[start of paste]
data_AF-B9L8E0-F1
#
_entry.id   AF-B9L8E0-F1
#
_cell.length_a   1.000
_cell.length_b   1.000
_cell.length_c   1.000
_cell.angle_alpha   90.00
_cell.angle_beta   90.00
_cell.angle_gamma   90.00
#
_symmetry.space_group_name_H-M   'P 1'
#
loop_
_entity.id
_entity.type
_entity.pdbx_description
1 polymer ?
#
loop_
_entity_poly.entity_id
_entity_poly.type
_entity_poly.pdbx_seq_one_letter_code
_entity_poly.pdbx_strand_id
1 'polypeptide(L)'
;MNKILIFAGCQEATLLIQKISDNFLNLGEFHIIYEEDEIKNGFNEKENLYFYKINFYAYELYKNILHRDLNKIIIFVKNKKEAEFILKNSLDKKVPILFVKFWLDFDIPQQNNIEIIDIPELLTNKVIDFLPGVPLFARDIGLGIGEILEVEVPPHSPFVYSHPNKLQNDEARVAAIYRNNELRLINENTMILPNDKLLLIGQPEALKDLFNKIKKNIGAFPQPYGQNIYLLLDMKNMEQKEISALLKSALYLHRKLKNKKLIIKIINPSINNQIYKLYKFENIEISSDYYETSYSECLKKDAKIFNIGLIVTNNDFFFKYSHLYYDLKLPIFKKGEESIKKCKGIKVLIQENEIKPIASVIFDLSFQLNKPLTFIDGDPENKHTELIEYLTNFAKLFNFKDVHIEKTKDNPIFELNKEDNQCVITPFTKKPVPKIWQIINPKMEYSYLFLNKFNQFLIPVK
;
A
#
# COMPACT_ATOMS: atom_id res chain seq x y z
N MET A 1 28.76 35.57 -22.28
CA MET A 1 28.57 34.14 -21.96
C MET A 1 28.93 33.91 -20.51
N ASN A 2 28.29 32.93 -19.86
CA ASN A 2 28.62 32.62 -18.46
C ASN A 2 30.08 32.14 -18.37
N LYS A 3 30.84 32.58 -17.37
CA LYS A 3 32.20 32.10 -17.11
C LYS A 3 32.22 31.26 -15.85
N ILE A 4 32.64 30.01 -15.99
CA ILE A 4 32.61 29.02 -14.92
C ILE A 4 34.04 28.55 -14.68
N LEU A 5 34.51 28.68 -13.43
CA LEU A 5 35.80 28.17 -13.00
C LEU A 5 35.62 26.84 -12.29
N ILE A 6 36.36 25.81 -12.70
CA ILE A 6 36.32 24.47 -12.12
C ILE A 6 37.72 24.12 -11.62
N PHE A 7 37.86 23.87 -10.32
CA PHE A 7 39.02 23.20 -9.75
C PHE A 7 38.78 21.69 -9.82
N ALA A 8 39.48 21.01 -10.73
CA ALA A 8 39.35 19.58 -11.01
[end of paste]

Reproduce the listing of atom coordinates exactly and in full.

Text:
data_AF-B9L8E0-F1
#
_entry.id   AF-B9L8E0-F1
#
_cell.length_a   1.000
_cell.length_b   1.000
_cell.length_c   1.000
_cell.angle_alpha   90.00
_cell.angle_beta   90.00
_cell.angle_gamma   90.00
#
_symmetry.space_group_name_H-M   'P 1'
#
loop_
_entity.id
_entity.type
_entity.pdbx_description
1 polymer ?
#
loop_
_entity_poly.entity_id
_entity_poly.type
_entity_poly.pdbx_seq_one_letter_code
_entity_poly.pdbx_strand_id
1 'polypeptide(L)'
;MNKILIFAGCQEATLLIQKISDNFLNLGEFHIIYEEDEIKNGFNEKENLYFYKINFYAYELYKNILHRDLNKIIIFVKNKKEAEFILKNSLDKKVPILFVKFWLDFDIPQQNNIEIIDIPELLTNKVIDFLPGVPLFARDIGLGIGEILEVEVPPHSPFVYSHPNKLQNDEARVAAIYRNNELRLINENTMILPNDKLLLIGQPEALKDLFNKIKKNIGAFPQPYGQNIYLLLDMKNMEQKEISALLKSALYLHRKLKNKKLIIKIINPSINNQIYKLYKFENIEISSDYYETSYSECLKKDAKIFNIGLIVTNNDFFFKYSHLYYDLKLPIFKKGEESIKKCKGIKVLIQENEIKPIASVIFDLSFQLNKPLTFIDGDPENKHTELIEYLTNFAKLFNFKDVHIEKTKDNPIFELNKEDNQCVITPFTKKPVPKIWQIINPKMEYSYLFLNKFNQFLIPVK
;
A
#
# COMPACT_ATOMS: atom_id res chain seq x y z
N MET A 1 28.76 35.57 -22.28
CA MET A 1 28.57 34.14 -21.96
C MET A 1 28.93 33.91 -20.51
N ASN A 2 28.29 32.93 -19.86
CA ASN A 2 28.62 32.62 -18.46
C ASN A 2 30.08 32.14 -18.37
N LYS A 3 30.84 32.58 -17.37
CA LYS A 3 32.20 32.10 -17.11
C LYS A 3 32.22 31.26 -15.85
N ILE A 4 32.64 30.01 -15.99
CA ILE A 4 32.61 29.02 -14.92
C ILE A 4 34.04 28.55 -14.68
N LEU A 5 34.51 28.68 -13.43
CA LEU A 5 35.80 28.17 -13.00
C LEU A 5 35.62 26.84 -12.29
N ILE A 6 36.36 25.81 -12.70
CA ILE A 6 36.32 24.47 -12.12
C ILE A 6 37.72 24.12 -11.62
N PHE A 7 37.86 23.87 -10.32
CA PHE A 7 39.02 23.20 -9.75
C PHE A 7 38.78 21.69 -9.82
N ALA A 8 39.48 21.01 -10.73
CA ALA A 8 39.35 19.58 -11.01